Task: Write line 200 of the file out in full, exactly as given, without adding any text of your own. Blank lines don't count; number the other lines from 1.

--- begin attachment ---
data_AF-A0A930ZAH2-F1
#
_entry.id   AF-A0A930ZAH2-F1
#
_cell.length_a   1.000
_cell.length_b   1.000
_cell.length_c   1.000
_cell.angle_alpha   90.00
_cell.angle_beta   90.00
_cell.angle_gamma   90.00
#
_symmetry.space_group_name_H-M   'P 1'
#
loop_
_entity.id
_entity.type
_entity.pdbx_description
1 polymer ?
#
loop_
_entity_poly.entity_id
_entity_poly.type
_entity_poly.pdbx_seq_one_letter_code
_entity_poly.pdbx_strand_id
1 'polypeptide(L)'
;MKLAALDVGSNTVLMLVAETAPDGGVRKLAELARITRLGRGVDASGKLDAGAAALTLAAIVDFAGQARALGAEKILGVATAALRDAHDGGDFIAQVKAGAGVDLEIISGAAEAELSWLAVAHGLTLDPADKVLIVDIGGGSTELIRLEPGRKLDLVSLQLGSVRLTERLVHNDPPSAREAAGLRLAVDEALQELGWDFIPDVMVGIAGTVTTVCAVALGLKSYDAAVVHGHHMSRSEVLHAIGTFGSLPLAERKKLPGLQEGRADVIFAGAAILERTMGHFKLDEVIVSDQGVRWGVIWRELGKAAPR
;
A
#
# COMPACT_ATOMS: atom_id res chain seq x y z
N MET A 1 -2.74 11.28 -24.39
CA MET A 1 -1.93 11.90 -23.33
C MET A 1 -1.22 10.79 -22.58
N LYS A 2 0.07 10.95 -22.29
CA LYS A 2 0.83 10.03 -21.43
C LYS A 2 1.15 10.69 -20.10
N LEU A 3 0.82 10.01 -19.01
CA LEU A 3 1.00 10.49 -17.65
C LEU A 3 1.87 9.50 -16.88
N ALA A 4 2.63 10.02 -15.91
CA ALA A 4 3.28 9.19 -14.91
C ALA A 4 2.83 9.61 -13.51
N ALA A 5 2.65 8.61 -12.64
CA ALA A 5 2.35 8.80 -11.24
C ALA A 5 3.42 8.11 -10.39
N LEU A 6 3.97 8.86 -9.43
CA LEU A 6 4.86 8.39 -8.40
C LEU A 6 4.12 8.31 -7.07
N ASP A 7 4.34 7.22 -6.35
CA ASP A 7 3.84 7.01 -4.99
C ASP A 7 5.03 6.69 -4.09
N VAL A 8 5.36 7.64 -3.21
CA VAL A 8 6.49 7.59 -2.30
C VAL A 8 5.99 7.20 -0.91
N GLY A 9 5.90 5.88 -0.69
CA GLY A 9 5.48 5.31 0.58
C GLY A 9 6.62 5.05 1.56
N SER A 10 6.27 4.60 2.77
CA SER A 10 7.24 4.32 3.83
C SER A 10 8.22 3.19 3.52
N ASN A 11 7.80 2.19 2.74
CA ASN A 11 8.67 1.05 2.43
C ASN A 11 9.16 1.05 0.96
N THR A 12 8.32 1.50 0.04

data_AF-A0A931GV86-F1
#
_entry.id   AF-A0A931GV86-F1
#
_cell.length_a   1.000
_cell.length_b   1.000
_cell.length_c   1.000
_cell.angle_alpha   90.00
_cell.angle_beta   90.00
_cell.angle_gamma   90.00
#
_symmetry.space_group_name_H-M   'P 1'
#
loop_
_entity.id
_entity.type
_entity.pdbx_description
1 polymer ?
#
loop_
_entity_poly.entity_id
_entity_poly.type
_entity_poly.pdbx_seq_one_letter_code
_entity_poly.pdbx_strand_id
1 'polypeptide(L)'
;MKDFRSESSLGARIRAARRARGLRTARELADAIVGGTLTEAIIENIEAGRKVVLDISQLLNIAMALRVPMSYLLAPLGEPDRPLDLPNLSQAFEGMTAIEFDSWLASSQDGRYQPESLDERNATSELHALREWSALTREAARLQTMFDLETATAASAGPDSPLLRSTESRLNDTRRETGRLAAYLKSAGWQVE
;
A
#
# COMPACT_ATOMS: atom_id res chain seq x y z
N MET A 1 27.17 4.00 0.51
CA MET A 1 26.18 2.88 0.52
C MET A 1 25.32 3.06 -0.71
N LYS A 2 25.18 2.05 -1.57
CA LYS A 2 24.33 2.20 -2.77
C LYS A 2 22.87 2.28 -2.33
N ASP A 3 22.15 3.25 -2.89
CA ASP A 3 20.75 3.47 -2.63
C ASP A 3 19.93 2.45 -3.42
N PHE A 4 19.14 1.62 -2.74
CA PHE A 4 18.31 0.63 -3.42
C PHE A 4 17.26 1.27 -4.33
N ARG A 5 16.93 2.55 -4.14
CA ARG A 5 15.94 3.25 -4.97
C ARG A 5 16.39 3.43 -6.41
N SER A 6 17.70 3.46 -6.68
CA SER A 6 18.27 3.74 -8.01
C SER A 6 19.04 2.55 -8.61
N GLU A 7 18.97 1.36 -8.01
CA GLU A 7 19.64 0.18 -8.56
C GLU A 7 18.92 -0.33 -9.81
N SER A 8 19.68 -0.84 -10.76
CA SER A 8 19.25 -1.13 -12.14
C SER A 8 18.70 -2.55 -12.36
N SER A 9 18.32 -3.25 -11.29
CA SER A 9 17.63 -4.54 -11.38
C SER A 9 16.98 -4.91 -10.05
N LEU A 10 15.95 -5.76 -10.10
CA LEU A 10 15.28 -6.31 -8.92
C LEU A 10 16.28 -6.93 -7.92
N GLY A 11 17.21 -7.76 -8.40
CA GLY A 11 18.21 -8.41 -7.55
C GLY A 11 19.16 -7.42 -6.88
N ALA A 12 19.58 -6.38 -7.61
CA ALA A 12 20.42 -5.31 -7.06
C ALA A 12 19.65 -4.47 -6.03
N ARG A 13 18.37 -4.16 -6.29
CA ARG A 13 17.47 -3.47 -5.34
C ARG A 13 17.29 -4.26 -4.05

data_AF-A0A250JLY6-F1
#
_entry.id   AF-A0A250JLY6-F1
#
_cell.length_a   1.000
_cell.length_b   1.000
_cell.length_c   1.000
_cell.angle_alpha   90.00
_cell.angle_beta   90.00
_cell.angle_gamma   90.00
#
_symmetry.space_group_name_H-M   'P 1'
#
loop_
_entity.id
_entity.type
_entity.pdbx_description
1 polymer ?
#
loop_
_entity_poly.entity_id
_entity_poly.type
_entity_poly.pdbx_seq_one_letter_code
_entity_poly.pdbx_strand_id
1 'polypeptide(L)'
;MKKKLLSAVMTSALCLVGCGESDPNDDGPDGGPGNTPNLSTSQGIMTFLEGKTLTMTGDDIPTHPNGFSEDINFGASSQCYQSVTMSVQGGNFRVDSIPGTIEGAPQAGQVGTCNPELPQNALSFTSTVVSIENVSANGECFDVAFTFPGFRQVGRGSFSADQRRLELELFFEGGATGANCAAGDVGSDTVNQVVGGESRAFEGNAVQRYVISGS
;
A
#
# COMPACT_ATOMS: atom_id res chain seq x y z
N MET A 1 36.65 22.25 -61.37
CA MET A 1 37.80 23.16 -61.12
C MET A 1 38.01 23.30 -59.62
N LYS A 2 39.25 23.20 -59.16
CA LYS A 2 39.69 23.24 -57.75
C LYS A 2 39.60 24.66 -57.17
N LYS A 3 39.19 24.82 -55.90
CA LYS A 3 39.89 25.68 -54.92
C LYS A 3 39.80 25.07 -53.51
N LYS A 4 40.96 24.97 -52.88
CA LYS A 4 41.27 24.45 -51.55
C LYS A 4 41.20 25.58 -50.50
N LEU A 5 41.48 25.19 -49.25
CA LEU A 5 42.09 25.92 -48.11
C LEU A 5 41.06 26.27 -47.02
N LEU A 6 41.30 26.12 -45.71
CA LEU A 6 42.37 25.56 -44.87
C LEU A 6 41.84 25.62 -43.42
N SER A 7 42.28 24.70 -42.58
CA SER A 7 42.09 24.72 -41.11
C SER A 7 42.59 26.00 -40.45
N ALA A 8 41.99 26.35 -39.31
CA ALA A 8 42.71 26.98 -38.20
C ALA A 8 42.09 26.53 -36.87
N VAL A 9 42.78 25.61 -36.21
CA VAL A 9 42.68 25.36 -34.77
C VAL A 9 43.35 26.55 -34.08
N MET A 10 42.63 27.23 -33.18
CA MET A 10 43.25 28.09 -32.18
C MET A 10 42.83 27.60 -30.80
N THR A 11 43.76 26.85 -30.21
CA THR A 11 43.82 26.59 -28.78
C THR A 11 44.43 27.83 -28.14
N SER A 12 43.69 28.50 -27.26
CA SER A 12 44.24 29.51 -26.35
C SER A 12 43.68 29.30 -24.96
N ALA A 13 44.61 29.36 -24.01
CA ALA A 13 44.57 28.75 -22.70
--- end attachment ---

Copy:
N ALA A 13 44.61 29.36 -24.01